Below the EBU's famous annual song contest Eurovision.

American musician Joel Cohen and France Music started the Fete de la Music on June 21 each year.

France's hip hop production leads the world, second only to the US. Below globally recognized French rap artist MC Solaar.

Above the French electronic musicians Daft Punk, Air and Dave Guetta. Air is from Versailles and were said to have encouraged the development of the French indie scene with Phoenix. Below also Curry & Coco and Pony Pony Run Run.

Below France now supports an official state school for training DJ's, more here.

Above French fashion media from magazines, to television to websites. Below the origin of the fashion magazine was aristocratic journals like Mecure Galant leading to the luxury Gazette du Bon Ton in the early 20th century.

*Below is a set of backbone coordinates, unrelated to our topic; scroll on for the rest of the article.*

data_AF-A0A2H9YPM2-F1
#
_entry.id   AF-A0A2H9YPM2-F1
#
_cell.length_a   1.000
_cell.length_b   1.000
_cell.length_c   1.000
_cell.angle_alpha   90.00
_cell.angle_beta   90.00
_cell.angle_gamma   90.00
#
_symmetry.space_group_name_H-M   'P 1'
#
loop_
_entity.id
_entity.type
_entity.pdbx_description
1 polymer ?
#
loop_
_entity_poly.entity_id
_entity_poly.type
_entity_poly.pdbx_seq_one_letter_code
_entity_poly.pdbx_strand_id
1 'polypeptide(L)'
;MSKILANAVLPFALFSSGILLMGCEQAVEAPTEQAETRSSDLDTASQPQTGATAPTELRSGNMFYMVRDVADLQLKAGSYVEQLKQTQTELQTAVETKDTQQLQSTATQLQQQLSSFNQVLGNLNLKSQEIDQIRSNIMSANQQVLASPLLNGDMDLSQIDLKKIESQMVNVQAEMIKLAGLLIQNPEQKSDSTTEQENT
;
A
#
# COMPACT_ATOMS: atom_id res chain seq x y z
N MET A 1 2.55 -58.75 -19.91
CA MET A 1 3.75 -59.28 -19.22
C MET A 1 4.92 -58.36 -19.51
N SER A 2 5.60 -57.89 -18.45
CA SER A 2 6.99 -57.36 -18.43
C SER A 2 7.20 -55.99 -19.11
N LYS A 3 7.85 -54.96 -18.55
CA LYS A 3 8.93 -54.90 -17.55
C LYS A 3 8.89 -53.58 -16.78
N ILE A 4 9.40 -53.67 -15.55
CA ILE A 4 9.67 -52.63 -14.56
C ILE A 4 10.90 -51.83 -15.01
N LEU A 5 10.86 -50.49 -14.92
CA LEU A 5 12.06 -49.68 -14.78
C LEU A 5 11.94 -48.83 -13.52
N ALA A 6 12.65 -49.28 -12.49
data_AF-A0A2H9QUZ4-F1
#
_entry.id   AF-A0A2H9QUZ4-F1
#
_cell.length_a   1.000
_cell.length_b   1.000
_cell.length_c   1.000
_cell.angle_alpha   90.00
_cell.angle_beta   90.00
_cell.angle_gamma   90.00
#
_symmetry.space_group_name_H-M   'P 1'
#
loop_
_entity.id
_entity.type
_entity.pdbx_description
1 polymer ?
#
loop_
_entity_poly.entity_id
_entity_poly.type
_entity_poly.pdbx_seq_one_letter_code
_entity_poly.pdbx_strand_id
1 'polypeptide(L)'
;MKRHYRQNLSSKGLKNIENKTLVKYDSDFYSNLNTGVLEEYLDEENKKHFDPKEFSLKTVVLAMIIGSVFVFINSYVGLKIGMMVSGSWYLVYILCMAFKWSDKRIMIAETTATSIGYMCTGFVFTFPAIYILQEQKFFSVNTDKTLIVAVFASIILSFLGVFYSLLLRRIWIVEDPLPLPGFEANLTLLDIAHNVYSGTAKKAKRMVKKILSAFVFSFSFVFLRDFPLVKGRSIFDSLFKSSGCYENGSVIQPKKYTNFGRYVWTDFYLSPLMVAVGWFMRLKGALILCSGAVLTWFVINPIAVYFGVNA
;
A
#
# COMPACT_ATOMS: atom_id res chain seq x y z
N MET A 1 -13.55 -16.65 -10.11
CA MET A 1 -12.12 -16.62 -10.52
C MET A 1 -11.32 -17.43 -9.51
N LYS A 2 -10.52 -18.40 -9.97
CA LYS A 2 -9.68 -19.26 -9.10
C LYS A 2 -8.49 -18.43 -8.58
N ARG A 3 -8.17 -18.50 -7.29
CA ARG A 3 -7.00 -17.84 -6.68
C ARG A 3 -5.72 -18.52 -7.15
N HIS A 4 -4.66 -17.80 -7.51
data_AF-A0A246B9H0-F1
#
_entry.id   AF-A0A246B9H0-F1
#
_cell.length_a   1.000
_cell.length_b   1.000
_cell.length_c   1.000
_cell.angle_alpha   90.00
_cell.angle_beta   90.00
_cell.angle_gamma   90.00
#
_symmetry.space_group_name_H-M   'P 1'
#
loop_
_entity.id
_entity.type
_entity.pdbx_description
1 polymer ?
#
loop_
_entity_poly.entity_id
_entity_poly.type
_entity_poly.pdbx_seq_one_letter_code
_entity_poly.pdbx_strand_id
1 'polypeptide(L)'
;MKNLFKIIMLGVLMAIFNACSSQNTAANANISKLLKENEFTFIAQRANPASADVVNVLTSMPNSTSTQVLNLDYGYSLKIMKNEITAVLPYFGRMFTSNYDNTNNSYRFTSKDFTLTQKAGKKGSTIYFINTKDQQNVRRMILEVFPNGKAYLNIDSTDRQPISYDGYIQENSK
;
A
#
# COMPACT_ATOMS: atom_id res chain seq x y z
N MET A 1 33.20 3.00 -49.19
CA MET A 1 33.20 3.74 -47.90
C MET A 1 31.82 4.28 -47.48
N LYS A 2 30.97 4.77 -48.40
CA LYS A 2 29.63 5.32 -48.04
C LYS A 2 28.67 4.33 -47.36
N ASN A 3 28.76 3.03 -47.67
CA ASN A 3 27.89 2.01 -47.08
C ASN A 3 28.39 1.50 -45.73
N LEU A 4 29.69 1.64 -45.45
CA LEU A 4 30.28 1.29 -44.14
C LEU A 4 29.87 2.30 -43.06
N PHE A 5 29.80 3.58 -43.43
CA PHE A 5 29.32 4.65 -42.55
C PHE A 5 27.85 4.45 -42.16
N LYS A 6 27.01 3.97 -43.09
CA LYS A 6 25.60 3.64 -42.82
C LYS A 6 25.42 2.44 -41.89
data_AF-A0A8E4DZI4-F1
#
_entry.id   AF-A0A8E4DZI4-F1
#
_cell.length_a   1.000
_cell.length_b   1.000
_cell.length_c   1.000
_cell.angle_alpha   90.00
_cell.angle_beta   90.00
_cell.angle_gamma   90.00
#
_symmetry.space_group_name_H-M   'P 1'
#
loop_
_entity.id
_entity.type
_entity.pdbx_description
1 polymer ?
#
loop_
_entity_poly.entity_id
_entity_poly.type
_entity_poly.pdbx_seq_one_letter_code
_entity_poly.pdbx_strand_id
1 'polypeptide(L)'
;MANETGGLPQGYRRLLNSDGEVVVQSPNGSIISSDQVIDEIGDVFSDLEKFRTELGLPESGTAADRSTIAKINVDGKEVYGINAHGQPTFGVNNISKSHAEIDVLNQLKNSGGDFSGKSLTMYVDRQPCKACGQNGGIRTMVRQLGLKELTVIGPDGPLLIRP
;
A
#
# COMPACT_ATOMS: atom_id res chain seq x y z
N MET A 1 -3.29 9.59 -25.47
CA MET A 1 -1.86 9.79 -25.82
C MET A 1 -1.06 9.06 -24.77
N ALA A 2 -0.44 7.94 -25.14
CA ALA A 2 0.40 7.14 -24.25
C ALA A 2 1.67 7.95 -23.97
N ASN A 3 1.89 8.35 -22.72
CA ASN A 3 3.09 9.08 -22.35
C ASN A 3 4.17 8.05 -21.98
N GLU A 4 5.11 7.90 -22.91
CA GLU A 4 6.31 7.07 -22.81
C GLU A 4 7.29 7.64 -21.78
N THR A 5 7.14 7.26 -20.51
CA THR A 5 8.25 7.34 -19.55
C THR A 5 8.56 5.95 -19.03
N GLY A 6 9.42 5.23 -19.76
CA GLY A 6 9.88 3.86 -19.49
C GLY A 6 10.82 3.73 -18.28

Above the Lanvin Show in 1961. Modern media began to advance fashion. Slowly the world knew about the well known fashion circuit of shows in New York, London, Milan and Paris. Media helped build up fashion culminating in our postmodern moment when media is now an authority over fashion and style.

Above, the extreme surrealist and unusual fashion ads of Galeries Lafayette in Paris. Below the integration of fashion throughout French society as it is included in regular news, talk shows public ads and graffiti more commonly than in the US.

Above Fashion TV is the only network devoted to fashion 24/7. It was founded in Paris by investor Michel Adams and includes events and products. The channel shows instant broadcast of fashion shows but has been criticized for its other content being more about models than fashion. Below fashion journalists take the clothing more seriously. The world's most significant fashion journalist is based in Paris, Suzy Menkes. The rise of fashion blogging challenges established media. Center the Satorialist and right his French girlfriend fashion blogger Garance Dore.